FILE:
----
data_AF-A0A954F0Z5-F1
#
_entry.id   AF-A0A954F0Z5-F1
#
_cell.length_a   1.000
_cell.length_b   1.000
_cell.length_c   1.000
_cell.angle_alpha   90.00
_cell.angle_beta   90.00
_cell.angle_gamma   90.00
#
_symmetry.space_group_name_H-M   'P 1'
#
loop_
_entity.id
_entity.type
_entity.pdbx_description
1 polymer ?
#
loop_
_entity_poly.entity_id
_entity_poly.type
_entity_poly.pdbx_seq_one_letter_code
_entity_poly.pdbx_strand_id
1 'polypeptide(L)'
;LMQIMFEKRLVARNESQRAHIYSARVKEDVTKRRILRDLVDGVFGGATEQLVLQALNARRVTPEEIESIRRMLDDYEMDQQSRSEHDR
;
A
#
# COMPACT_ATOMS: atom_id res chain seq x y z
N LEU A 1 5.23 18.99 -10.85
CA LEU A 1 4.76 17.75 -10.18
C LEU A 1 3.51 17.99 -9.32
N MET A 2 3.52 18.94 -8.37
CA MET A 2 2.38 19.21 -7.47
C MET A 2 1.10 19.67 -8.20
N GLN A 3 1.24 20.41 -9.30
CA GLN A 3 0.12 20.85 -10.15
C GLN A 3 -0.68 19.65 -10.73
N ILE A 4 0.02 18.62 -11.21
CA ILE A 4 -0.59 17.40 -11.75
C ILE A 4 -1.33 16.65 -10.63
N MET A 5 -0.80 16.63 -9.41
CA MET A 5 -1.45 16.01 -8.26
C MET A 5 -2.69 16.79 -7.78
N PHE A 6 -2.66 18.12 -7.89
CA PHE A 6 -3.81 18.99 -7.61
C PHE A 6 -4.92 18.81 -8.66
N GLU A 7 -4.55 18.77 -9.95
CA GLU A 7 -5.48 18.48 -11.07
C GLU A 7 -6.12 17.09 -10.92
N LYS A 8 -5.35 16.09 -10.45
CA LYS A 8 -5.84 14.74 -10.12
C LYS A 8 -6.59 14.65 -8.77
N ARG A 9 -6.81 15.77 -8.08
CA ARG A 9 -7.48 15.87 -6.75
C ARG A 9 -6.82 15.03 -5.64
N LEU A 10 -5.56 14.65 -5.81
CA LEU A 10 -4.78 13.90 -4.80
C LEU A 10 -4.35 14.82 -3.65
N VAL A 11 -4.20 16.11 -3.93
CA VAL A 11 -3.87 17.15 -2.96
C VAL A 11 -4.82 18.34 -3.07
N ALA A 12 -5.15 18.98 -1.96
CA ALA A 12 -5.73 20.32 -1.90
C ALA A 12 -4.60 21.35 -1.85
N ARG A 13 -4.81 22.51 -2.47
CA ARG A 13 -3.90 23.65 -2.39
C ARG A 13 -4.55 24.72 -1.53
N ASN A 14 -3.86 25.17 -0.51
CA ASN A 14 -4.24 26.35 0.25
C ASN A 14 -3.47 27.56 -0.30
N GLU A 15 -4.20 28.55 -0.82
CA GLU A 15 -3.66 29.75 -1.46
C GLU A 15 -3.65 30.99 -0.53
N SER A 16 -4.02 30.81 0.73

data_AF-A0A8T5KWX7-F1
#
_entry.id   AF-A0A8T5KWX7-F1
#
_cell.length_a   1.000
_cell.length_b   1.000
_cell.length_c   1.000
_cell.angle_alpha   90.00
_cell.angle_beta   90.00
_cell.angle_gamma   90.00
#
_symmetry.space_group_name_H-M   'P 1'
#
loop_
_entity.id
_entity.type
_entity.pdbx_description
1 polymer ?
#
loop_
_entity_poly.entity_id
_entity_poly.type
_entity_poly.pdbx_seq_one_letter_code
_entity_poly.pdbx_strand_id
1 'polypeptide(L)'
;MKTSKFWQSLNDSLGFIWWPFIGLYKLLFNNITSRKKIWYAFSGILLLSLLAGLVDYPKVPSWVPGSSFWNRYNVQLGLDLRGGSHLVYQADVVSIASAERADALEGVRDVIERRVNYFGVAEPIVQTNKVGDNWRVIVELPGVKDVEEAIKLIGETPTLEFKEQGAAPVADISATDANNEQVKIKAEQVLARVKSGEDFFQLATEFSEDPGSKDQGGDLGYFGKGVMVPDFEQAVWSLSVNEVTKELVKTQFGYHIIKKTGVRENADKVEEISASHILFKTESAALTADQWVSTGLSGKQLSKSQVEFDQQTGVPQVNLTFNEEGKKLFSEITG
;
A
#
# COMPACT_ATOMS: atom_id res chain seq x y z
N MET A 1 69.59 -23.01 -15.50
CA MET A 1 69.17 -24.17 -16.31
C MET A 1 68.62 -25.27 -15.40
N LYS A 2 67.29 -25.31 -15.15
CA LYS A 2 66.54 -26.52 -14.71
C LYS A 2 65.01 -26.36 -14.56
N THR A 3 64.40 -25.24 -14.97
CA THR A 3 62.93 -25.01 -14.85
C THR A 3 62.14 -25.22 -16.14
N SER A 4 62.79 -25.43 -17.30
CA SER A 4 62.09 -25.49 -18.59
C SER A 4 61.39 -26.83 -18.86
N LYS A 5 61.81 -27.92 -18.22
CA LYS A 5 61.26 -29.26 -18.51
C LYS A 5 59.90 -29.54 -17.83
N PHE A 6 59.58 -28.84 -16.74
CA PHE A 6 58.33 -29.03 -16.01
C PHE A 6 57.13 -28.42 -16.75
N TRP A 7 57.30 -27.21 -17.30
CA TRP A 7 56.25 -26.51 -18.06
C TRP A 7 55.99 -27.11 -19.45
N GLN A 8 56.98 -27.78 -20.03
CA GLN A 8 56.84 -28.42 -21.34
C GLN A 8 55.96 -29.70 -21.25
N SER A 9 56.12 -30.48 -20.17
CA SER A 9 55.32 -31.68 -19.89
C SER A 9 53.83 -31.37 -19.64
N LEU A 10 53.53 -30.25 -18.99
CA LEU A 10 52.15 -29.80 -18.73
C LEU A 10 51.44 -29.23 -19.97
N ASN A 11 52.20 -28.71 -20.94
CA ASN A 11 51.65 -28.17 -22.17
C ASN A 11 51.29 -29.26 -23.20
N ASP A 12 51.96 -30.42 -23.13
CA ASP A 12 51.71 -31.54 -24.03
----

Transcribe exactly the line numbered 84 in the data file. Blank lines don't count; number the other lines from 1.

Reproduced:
_cell.angle_alpha   90.00